Call us barbarians, uncivilized and outright disgusting. Your ancestors (who might also be mine, as we share the same lifeblood) did it too. Cringe at the mere thought of having your bare hands directly transfer food from your plated hors- d’oeuvres to your mouth. I come from an Asian region where eating with the use of your hands is acceptable. Let me rephrase that, was acceptable at home. The general practice however is starting to become a fading custom. Irony has it so that even a local restaurant named “Kamayan” (eating with your hands – which is a terrible translation of the word) do not have patrons who eat with their hands. Blame it all on the pervasive spread of microbes or our strong affinity or better yet desperate need to be a carbon copy of the west but we haven’t really practiced “kamayan” in public. I have done it as a kid at home but haven’t really done it since so imagine my surprise when I came across this long lost tradition in Malaysia. When we arrived, the only open place was KFC (and Malaysia is just littered with KFC’s left and right) . I ordered a 1-pc chicken with the usual coleslaw side. On my tray, the crew placed the 1) napkin 2)glass with soda – mountain dew 3) straw 4) my 1- pc chicken placed on a small carton-like square plate 5) my bun 6) coleslaw side and (drumrolls) 7) a plastic mini-fork/spoon rolled into one. I thought hey, you can eat chicken with your fingers anyway so I didn’t make too much of a big deal out of it (even it did come with the obvious hassle and me breaking the teeny weenie spork).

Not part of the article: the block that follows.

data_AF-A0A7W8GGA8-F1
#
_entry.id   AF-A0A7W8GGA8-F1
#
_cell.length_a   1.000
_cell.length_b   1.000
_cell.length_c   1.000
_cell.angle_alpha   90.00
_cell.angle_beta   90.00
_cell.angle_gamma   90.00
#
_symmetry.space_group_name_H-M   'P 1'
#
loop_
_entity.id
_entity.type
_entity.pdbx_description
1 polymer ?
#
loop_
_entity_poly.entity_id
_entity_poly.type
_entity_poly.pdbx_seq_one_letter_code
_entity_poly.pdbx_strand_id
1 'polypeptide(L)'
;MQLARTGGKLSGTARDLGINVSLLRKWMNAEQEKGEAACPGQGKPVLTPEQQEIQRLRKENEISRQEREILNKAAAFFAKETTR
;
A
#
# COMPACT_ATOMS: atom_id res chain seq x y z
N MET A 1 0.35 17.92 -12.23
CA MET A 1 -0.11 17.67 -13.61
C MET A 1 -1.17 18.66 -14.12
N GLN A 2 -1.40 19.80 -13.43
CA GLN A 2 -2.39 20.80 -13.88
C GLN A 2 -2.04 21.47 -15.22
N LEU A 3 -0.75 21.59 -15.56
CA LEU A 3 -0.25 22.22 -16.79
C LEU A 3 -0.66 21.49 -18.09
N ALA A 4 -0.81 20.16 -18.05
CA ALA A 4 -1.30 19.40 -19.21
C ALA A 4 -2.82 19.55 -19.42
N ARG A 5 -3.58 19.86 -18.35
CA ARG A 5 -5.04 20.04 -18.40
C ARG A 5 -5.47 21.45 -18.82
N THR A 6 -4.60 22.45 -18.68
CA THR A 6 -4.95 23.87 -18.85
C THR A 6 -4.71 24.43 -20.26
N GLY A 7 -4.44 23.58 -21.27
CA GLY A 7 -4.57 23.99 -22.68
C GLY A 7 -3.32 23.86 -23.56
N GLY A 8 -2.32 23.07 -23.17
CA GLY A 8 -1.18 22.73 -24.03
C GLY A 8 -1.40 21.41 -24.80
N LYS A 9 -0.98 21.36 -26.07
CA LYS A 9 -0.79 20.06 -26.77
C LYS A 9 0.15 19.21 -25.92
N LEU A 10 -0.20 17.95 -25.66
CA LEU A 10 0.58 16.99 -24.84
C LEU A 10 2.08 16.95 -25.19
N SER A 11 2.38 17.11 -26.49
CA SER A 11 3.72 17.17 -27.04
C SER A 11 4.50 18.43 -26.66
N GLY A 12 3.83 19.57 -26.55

Day 3, we decided to eat at a local marketplace to try “authentic Malay” food and started to eat with the spoon and fork we saw placed on the tables.
Friend: Look, look at my spoon!
Me: What did you do? How’d you break it?
Friend: I don’t know, I just started cutting into the chicken then it broke – (it made a 90 degree bend).
Me: (getting hold of a new spoon) Idiot, let me do it!
Friend: Hahahaha. You’re the idiot! See?
Me: What the hell? Let’s try it on the fish.
Us: Wahahaha. What the hell?
Everytime we’d try using the metallic spoon to cut into the chicken we were eating, the spoon would bend. I thought the chicken was just probably too hard so I tried it on the fish (yes, the FISH), but it still broke. By this time, we were already making a public disturbance, laughing every time we break the spoon and fork that people were already staring at us. Finally, the young local couple eating in front of us handed us this red plastic kettle looking container which was how we were supposed to wash our hands before eating.
Ah, so that explains the bending spoons (which I think were just meant for you to eat soup or other stuff on) and also the plastic-like napkins which we found completely weird as well. Enigma solved! And as I dipped my hand in the freshly cooked rice – I burned my hand. Malaysia, truly Asia.